Sunday, June 28, 2009

Ubiquitous Insidious Mayoral Campaigning

While much is made rightfully over incumbents' advantage, we focus too much on war chests and too little on incessancy. Likewise, we can appreciate the detailed reporting in today's Boston Globe on Mayor Tom Menino's fund-raising advantage. Yet, his handshake total is surely more significant.

Neither City Councilor challenger, Michael Flaherty nor Sam Yoon, is shy. They both go to many public and private events in the city, from business openings to public meetings to funerals. Even here though, through a combination of tenure and tenacity, Menino is more of a presence.

He also has a key advantage in governmental terms. With the strong-mayor form of local politics, constituents know he is more powerful and more likely to act on their big requests than even a Councilor with aides and constituent-services help. My own district Councilor, John Tobin, makes things happen. The mayor can alter the agenda at will.

Consider another horse the Globe like to ride, Menino's high profile. He's more popular than the challengers and nearly everyone has met him. Doing his job with relentless vigor has turned him into the devil we know...and vote for.

I had one of those moments again yesterday, one that should not have surprised me in a town filled with I-met-Tom stories. Number two son and I were out for a bike ride, got hungry and headed for the Lebanese version of lamejun at Cristelle's in West Roxbury. There's no bike rack or even street signs to lock up, so we leaned our wheels against the wall and took an outside table. The waiter chatted up cycling, saying he would like to buy one, a cheap one for short trips to and from the restaurant. I pointed him to the shop on Fairmont in Hyde Park and added that Menino agreed with the health benefits he had mentioned. He quickly shot back that "He's in here all the time, eating breakfast on Sunday."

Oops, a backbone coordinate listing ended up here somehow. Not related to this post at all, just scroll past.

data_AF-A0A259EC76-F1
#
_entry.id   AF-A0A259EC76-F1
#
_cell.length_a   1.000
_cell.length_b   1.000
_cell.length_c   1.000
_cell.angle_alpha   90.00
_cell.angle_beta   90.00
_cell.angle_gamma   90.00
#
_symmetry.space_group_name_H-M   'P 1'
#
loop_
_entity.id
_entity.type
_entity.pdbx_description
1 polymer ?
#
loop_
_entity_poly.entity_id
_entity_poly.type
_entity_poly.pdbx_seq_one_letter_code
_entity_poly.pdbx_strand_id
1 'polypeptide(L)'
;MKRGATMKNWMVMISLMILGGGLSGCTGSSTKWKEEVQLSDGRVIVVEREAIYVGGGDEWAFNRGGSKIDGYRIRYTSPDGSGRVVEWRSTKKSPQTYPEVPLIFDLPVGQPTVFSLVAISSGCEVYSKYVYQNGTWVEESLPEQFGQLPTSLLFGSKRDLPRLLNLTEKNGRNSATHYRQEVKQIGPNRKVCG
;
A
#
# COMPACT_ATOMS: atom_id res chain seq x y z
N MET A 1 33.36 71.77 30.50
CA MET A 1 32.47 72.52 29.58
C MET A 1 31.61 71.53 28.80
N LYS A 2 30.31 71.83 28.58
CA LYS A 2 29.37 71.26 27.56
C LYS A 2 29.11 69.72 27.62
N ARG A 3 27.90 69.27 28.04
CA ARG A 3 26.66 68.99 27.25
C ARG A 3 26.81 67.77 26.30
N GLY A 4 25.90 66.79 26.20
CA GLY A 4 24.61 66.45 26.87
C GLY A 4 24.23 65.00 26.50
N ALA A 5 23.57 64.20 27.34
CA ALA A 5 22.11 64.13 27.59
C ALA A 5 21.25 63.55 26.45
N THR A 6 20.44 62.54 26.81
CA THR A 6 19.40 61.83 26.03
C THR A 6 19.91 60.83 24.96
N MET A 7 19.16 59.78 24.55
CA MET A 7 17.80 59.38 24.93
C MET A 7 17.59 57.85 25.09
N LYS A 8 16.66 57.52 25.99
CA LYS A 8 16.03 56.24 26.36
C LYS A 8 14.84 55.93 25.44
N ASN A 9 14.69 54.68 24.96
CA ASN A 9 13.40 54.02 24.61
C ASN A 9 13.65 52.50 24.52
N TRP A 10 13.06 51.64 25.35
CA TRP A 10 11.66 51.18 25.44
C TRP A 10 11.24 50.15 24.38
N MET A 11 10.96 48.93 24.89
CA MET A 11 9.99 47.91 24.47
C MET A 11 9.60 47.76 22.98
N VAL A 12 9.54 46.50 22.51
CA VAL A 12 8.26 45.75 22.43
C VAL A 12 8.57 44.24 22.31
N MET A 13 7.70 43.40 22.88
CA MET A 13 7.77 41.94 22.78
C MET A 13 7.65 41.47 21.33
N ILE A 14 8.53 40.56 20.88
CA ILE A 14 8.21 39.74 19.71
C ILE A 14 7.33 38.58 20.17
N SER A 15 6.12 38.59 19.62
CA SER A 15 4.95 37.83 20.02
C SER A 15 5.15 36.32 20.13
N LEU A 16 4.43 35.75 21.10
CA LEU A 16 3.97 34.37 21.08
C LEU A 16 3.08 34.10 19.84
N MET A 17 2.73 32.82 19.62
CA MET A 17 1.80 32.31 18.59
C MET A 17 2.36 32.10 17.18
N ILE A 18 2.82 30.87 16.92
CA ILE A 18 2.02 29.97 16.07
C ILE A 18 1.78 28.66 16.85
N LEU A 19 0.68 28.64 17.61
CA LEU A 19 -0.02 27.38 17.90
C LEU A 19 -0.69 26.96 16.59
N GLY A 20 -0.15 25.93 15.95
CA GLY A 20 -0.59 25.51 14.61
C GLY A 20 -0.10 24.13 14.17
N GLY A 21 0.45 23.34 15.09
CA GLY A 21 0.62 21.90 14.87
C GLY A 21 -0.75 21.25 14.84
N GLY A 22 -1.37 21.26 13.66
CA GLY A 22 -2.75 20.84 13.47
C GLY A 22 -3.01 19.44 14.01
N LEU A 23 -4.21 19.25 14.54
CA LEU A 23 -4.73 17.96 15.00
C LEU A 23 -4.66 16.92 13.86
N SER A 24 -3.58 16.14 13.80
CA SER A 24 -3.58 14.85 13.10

For some lightweight examples, Menino showed at the groundbreaking for the Hyde Park YMCA (with some of the redevelopment credit rubbing off) and he was at the Bella Luna opening party (3/4 way down; for whom he went to bat with extended hours). Savvier was his walking Dudley Square streets, listening to the locals' safety concerns.

Like so many individual drops, those efforts, all day and every day, fill Menino's bucket of good will. Even when he doesn't solve any problems, being there is huge. It surely outweighs his looming ad campaigns for the September primary and November general elections.

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2 comments:

Judy Meredith said...

Great descriptive narrative, just a little curious about which of the different definitions of the adj insidious you meant. Treacherous? Subtle?

massmarrier said...

Yes, the latter, having a gradual, cumulative effect. I began noticing Menino's cleverness in associating himself with many small improvements and not just big policies that may or may not become real. Together, that provides a perception of a large body of accomplishment. What did the ancient Chinese used to call this, the preponderance of the small, wasn't it?

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